Relevant Issues (5 of 26)
Why are some issues greyed out?The SASB Standards vary by industry based on the different sustainability-related risks and opportunities within an industry. The issues in grey were not identified during the standard-setting process as the most likely to be useful to investors, so they are not included in the Standard. Over time, as the ISSB continues to receive market feedback, some issues may be added or removed from the Standard. Each company determines which sustainability-related risks and opportunities are relevant to its business. The Standard is designed for the typical company in an industry, but individual companies may choose to report on different sustainability-related risks and opportunities based on their unique business model.
- GHG Emissions
- Air Quality
Energy ManagementThe category addresses environmental impacts associated with energy consumption. It addresses the company’s management of energy in manufacturing and/or for provision of products and services derived from utility providers (grid energy) not owned or controlled by the company. More specifically, it includes management of energy efficiency and intensity, energy mix, as well as grid reliance. Upstream (e.g., suppliers) and downstream (e.g., product use) energy use is not included in the scope.
- Water & Wastewater Management
- Waste & Hazardous Materials Management
- Ecological Impacts
- Human Rights & Community Relations
Customer PrivacyThe category addresses management of risks related to the use of personally identifiable information (PII) and other customer or user data for secondary purposes including but not limited to marketing through affiliates and non-affiliates. The scope of the category includes social issues that may arise from a company’s approach to collecting data, obtaining consent (e.g., opt-in policies), managing user and customer expectations regarding how their data is used, and managing evolving regulation. It excludes social issues arising from cybersecurity risks, which are covered in a separate category.
Data SecurityThe category addresses management of risks related to collection, retention, and use of sensitive, confidential, and/or proprietary customer or user data. It includes social issues that may arise from incidents such as data breaches in which personally identifiable information (PII) and other user or customer data may be exposed. It addresses a company’s strategy, policies, and practices related to IT infrastructure, staff training, record keeping, cooperation with law enforcement, and other mechanisms used to ensure security of customer or user data.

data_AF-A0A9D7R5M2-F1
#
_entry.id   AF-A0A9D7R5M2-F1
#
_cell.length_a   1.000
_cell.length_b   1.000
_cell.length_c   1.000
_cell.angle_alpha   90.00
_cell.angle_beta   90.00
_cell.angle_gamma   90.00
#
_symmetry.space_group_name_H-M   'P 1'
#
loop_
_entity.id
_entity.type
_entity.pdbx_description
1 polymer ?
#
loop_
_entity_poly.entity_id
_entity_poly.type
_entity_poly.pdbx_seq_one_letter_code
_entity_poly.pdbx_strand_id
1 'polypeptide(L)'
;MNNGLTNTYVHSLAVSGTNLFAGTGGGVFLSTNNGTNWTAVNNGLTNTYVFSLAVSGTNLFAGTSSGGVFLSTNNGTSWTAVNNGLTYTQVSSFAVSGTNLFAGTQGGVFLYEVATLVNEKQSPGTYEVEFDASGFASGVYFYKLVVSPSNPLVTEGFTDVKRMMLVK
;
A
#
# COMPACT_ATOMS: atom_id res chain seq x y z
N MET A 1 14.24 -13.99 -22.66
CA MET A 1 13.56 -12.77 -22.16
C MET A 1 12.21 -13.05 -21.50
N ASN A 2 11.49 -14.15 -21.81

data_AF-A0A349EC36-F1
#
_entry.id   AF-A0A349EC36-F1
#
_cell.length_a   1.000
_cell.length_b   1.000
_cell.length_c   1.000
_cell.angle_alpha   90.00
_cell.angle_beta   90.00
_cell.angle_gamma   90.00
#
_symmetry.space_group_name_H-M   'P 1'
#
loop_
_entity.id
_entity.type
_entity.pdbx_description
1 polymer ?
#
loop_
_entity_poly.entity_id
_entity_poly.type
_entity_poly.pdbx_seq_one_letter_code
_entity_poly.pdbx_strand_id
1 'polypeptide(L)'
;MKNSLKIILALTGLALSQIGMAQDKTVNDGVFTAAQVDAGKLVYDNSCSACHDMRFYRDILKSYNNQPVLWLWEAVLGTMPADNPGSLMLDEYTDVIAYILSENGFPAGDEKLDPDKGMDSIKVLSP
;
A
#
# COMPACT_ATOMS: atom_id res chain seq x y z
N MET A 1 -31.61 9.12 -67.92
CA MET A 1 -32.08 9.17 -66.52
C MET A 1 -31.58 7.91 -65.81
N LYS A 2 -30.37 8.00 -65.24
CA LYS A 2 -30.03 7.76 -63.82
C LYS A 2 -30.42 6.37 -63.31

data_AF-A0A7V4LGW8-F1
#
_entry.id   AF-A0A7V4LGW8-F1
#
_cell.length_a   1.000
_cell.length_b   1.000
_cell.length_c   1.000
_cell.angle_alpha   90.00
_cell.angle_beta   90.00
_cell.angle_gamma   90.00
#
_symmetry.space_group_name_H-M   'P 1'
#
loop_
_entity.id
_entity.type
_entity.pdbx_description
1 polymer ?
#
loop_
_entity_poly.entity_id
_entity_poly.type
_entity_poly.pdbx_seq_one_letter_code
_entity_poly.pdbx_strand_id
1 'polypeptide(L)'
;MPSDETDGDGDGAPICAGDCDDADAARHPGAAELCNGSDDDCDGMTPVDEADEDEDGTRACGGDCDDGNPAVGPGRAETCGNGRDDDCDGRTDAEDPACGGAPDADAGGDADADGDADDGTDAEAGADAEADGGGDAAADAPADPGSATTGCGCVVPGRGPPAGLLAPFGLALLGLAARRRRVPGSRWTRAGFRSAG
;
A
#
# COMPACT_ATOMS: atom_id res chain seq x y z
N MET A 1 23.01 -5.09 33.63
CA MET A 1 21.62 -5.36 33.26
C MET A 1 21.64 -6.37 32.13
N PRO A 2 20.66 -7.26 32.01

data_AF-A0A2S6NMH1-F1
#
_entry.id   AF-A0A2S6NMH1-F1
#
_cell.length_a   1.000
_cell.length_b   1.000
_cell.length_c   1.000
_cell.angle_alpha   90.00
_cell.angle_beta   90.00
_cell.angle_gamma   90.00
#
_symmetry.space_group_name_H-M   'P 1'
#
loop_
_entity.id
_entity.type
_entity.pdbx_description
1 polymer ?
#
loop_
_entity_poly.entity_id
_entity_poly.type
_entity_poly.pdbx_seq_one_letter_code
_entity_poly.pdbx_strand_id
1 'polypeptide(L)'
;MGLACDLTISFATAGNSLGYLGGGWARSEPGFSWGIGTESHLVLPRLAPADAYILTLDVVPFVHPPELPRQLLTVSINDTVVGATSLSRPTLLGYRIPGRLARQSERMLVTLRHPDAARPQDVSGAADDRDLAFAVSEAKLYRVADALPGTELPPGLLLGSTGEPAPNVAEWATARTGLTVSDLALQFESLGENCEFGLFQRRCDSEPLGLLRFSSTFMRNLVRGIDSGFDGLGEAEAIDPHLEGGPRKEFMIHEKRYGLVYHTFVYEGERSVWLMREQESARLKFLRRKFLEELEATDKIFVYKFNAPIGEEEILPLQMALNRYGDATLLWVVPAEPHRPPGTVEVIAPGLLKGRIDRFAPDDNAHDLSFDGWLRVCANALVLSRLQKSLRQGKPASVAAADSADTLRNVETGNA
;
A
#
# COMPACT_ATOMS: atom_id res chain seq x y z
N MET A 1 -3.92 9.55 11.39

- Access & Affordability
- Product Quality & Safety
- Customer Welfare
- Selling Practices & Product Labeling
- Labour Practices
- Employee Health & Safety
Employee Engagement, Diversity & InclusionThe category addresses a company’s ability to ensure that its culture and hiring and promotion practices embrace the building of a diverse and inclusive workforce that reflects the makeup of local talent pools and its customer base. It addresses the issues of discriminatory practices on the bases of race, gender, ethnicity, religion, sexual orientation, and other factors.
Business Model and Innovation
Product Design & Lifecycle ManagementThe category addresses incorporation of environmental, social, and governance (ESG) considerations in characteristics of products and services provided or sold by the company. It includes, but is not limited to, managing the lifecycle impacts of products and services, such as those related to packaging, distribution, use-phase resource intensity, and other environmental and social externalities that may occur during their use-phase or at the end of life. The category captures a company’s ability to address customer and societal demand for more sustainable products and services as well as to meet evolving environmental and social regulation. It does not address direct environmental or social impacts of the company’s operations nor does it address health and safety risks to consumers from product use, which are covered in other categories.
- Business Model Resilience
- Supply Chain Management
- Materials Sourcing & Efficiency
- Physical Impacts of Climate Change
Leadership and Governance
- Business Ethics
- Competitive Behaviour
- Management of the Legal & Regulatory Environment
- Critical Incident Risk Management
- Systemic Risk Management
Disclosure Topics (Industry specific) for: E-Commerce
Hardware Infrastructure Energy & Water Management